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Shutterbugs in the spotlight

By Raymond Zhou | China Daily | Updated: 2017-02-13 07:14

While it is bad to point one's camera to the screen or stage, it is equally rude to use one's phone for texting. In the dark the greenish lights from small screens is very distracting. From the stage it probably looks like a blinking shop of horrors.

For almost every show I attend, live or filmed, there is always a person or two, usually young in this case, who never stops checking her WeChat account.

In my opinion, they are much worse than the photo takers. The latter at least love your show; they just do not know how to express that affection in an appropriate way. The former, by contrast, carry an air of condescension or even disdain, as if to say: "You see, I'm such a big shot that I have to attend to matters of great importance all the time. But I still bought a ticket for your show. However, the world will not survive if I stop issuing orders for two hours."

Perhaps the busy WeChat user is either madly in love or has just been jilted by her lover. If so, she should not be in the theater in the first place. "A show is not as important as your love life," I have really wanted to shout to them on many occasions.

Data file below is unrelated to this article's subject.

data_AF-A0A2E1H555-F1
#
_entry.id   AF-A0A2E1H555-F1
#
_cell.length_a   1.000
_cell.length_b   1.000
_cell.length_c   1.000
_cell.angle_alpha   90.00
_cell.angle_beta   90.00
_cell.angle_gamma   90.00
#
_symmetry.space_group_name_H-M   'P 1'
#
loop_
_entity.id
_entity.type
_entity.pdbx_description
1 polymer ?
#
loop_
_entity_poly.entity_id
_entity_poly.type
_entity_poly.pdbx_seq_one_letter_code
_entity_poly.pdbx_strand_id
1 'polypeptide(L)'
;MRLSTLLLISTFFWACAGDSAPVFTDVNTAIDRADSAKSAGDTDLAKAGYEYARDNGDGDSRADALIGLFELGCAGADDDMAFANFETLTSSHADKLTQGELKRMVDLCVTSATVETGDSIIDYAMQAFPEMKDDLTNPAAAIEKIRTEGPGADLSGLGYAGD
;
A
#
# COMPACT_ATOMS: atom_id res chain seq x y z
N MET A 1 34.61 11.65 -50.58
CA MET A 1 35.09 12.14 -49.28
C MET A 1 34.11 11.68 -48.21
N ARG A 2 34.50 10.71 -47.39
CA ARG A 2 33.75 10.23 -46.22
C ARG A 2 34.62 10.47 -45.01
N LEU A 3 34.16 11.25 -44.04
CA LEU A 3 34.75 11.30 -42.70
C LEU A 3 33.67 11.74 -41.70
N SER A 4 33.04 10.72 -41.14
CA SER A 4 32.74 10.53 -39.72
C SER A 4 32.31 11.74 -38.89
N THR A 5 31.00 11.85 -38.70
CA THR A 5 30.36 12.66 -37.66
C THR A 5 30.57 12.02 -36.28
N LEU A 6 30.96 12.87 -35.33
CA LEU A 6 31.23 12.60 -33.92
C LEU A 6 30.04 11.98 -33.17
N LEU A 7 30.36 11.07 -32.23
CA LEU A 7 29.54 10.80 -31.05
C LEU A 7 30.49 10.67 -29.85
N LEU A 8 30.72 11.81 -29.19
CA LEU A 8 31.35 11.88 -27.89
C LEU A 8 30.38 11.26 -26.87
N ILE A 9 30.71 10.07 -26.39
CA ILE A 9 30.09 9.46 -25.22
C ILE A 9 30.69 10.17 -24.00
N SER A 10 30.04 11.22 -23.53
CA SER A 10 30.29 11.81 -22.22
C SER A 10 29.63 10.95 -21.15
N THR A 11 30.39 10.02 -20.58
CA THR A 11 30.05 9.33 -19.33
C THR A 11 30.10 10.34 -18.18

If violations such as snapping photos in a show are commonplace, rules and etiquette need to be re-examined. If disturbances can be managed, wouldn't it be a good and free tool of publicity for the show? Honestly, I feel a strict no-photo policy is passe.

I have noticed that several stage shows, including the touring production of Mama Mia! and Cloud Gate Dance Theatre's Water Moon, reserved the encore or the last number for audience shutterbugs or other forms of participation.

Having been informed that this opportunity would come, they behaved extremely well during the performance.

Movies, especially comedies, can leave the end credits for a similar purpose. This part nowadays often incorporates outtakes or factoids. It could be a fun way to end a moviegoing experience if Eddie Peng addressed his female fans like Qin, either in or out of character, and facilitated a Kodak moment.

Contact the writer at raymondzhou@chinadaily.com.cn

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